Melt butter in a saucepan and add wine, boullion cube and leeks. (I use a teaspoon of concentrated chicken base, like Better Than Boullion).  Toss the leeks to coat with the butter and then cover tightly. Braise over low heat for 20 minutes, stirring occasionally, until leeks are very tender.

Drain leeks and return the braising liquid to saucepan.  Add the cream, stir, raise the heat to medium high and reduce the liquid by about half.  While the liquid is reducing, wash the scallops and dry them well. Place them in a ziploc bag with the 1/2 tsp salt and some flour. Shake well to coat.  Rest scallops on a plate for 10 minutes.

When the cream mixture has reduced, add tarragon, garlic and braised leeks.   Season with salt, hot sauce and lemon juice.    Keep warm while cooking scallops.

In a heavy frying pan, heat 1 Tbs. butter and 1 Tbs. olive oil until very hot but not smoking.  Sear the scallops for 1 minute, then turn and cook another 30 seconds.  Serve atop braised leeks.

Recipe courtesy of Stephen Cooks.

Hoskins Cocktail

Recently picked up a bottle of Torani Amer, the American version of the French bitter orange amaro called Amer Picon.  Amer Picon is a feature of many a classic cocktail, such as Picon Punch.  Sadly, there are no longer any American importers of Amer Picon.  Un-sadly, Torani – the folks who brought you the flavoured coffee syrups – make their own version, which by a wacky twist, is supposedly closer in flavor to the original taste of Amer Picon, which was re-formulated in the 1970s to a lower proof.  Whew – long story.   Some think the Torani Amer is a bit more vegetal/celery than the Amer Picon such that drinks like the Picon Punch taste off using it,  making it worthwhile to mix up your own replica of the original, but that takes two months!  Regardless, the Hoskins was invented with the Torani Amer specifically in mind, so really, who needs to wait that long.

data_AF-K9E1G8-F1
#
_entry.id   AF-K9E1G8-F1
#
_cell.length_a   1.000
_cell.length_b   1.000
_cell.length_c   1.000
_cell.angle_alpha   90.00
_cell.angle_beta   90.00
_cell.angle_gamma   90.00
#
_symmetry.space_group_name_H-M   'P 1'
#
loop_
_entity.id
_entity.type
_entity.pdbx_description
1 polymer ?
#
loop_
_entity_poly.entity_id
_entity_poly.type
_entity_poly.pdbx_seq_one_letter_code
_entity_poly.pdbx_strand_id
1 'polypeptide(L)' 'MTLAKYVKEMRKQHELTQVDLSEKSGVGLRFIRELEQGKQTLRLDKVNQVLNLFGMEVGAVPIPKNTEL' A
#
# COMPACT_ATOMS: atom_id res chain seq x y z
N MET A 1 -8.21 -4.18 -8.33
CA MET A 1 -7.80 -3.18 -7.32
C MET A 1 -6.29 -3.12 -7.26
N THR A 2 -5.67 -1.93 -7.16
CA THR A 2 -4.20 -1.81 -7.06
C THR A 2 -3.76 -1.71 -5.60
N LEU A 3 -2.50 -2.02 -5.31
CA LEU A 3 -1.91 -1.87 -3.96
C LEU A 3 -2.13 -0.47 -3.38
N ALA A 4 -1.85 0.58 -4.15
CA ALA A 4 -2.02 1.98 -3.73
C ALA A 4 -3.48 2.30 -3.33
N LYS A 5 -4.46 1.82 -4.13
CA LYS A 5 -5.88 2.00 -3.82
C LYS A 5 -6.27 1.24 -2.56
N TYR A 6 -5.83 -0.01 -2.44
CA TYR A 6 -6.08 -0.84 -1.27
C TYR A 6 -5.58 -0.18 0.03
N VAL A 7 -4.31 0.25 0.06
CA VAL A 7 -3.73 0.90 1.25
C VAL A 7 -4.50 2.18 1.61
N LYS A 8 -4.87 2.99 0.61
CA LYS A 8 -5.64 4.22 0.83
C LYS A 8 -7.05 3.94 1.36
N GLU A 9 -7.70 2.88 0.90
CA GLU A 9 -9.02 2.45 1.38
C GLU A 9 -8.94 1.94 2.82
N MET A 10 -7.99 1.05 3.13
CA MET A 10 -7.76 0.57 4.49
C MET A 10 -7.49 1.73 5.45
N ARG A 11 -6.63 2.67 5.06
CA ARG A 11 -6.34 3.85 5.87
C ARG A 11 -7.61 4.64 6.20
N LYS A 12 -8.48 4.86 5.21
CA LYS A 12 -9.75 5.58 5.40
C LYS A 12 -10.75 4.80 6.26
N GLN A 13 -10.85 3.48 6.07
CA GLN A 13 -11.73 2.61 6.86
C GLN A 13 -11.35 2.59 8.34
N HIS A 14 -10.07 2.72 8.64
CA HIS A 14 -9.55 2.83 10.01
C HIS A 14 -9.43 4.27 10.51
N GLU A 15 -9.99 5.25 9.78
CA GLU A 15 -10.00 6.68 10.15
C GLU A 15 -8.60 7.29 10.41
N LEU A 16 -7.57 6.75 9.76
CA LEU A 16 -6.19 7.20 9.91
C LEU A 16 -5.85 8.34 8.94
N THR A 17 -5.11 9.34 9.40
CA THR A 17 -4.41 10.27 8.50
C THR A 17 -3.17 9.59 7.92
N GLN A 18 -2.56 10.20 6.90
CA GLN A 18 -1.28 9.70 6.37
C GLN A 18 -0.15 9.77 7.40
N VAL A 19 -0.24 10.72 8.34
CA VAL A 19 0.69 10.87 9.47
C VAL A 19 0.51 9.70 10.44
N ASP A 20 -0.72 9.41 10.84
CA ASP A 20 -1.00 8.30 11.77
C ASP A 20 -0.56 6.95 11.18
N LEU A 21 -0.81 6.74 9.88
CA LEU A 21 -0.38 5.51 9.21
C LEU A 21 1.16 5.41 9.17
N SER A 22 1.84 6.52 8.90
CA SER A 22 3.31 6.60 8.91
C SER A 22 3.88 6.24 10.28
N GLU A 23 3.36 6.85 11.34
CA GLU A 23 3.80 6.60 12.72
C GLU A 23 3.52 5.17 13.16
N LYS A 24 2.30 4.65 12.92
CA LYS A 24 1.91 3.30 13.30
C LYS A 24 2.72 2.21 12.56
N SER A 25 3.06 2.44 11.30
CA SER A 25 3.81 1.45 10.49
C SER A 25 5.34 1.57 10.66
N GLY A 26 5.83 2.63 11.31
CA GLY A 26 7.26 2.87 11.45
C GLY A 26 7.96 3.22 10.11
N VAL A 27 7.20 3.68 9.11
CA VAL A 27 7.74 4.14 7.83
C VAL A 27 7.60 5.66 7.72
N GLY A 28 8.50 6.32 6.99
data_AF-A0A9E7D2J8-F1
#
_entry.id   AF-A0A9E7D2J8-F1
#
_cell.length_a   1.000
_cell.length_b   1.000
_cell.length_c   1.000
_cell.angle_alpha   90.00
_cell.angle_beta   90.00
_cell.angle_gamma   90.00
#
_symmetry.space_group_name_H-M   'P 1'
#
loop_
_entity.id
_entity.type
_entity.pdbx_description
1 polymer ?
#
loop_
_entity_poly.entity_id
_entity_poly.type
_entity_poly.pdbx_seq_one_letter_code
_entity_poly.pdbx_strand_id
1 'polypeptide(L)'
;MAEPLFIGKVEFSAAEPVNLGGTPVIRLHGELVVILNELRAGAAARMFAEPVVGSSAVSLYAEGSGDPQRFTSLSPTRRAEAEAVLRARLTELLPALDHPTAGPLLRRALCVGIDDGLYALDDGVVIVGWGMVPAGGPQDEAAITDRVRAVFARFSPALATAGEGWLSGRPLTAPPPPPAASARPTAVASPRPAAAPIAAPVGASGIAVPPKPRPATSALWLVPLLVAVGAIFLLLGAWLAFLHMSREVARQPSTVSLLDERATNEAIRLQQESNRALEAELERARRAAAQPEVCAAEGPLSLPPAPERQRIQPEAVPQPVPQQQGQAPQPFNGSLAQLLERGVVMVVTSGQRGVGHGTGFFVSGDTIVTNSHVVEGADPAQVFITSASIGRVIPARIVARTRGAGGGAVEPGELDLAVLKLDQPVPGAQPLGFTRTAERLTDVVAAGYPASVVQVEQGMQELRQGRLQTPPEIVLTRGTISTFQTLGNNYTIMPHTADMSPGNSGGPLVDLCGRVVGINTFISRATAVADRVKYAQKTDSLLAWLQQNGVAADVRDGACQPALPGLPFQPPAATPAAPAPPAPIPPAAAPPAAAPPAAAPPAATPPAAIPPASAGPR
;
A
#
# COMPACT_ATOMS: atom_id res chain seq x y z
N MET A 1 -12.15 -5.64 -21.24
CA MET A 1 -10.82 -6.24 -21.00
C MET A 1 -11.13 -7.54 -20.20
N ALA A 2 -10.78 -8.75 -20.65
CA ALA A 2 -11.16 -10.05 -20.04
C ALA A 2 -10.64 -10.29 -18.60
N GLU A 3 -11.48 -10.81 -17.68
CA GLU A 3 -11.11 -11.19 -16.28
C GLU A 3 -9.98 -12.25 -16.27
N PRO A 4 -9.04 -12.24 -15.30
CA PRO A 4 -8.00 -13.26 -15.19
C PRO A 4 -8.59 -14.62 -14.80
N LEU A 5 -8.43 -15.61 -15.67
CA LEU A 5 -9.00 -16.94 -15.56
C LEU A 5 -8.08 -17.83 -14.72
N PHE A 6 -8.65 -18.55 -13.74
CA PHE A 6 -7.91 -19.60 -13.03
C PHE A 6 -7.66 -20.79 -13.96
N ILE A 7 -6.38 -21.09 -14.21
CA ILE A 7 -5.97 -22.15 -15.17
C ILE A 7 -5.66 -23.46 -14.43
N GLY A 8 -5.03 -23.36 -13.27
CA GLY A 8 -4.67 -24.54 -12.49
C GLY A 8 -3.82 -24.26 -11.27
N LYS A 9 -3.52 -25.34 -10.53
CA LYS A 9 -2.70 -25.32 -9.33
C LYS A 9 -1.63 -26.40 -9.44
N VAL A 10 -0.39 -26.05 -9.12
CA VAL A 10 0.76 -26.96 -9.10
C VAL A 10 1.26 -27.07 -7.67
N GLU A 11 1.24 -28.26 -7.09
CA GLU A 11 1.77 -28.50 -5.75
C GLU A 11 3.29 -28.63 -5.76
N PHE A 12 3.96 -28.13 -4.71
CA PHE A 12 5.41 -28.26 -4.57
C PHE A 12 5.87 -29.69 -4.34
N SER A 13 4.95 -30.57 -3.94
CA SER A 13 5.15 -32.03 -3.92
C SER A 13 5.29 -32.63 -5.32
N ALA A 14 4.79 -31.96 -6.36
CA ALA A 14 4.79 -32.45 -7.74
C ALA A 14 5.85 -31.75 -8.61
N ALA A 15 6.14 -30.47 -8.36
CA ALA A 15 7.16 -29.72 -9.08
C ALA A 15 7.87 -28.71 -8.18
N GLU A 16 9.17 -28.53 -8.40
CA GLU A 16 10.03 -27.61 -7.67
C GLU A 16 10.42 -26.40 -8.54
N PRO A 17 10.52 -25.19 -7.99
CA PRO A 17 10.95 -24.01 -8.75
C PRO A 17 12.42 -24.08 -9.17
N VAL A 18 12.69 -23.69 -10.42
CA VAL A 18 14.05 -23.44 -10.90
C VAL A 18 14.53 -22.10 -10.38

Hoskins Cocktail

2 oz. gin
3/4 oz. Torani Amer or Amer Picon
1/2 oz. marascino liqueur
1/4 oz. Cointreau
dash of orange bitters

Stir with ice for least 30 seconds and strain into cocktail glass.  Flame an orange peel over glass and garnish with peel.

White Chocolate-Cranberry Oatmeal Cookie

This one is all Ms. ChinaNob – all I contributed was my sweet tooth.  I could eat these until I stuffed myself so round I looked like a weeble-wobble.   The addition of the whole wheat pastry flour gave it a nice crumb, almost like a scone.  On top of vanilla ice cream, these might be induce hallucinations.

White Chocolate Cranberry Oatmeal Cookie

3/4 cup sugar
1/4 cup packed brown sugar
1/2 cup butter, softened
1 large egg
1/2 tsp vanilla extract
1/2 tsp cinnamon
1/2 tsp baking soda
1/4 tsp salt
1/2 cup whole wheat pastry flour
1/2 cup all-purpose flour
1 1/2 cup rolled oats
3/4 cup dried cranberries
4 oz. white chocolate chips or chopped bar
3/4 cup chopped walnuts

Preheat oven to 375F.  In a large bowl, using electric mixer, cream together sugar, brown sugar and butter.  Stir in egg and vanilla until combined.  Add cinnamon, baking soda, salt & flour and mix well.  Finally, fold in the oatmeal, cranberries, walnuts and chocolate chips.

Roll dough into 1-inch balls and place 3 inches apart on baking sheet.  Bake for 10-12 minutes.

Remove from oven and let cool 2-3 minutes on sheet, then transfer to cooling rack until cookies have firmed up.  Then attempt to eat only one.  Cry as you fail.  Eat another cookie to compensate for unworthy feelings.  Repeat as necessary.

Mint Julep

I feel a classic kick coming on.  Last night it was Manhattans.  Tonight it was “what to do with the leftover mint? Juleps!”  Not that I am complaining mind you – I always love a good excuse to thwack a bag of ice with a rolling pin.

Mint Julep

8-10 mint leaves
2 oz. bourbon
2 tsp. simple syrup
a whole mess of crushed ice

Put mint leaves in bottom of highball, double rocks glass, or if you are special – a silver julep cup.  Muddle gently to release mint oils.  Add simple syrup and a little of the bourbon.   Swirl around.  Cover with crushed ice.  Pour rest of bourbon on top of ice.  Stir gently.  Add more crushed ice to make a mound.  Garnish with large sprig of mint.  Add a short straw or two.   Sip like you have an obsession with seersucker, magnolias and the Waffle House.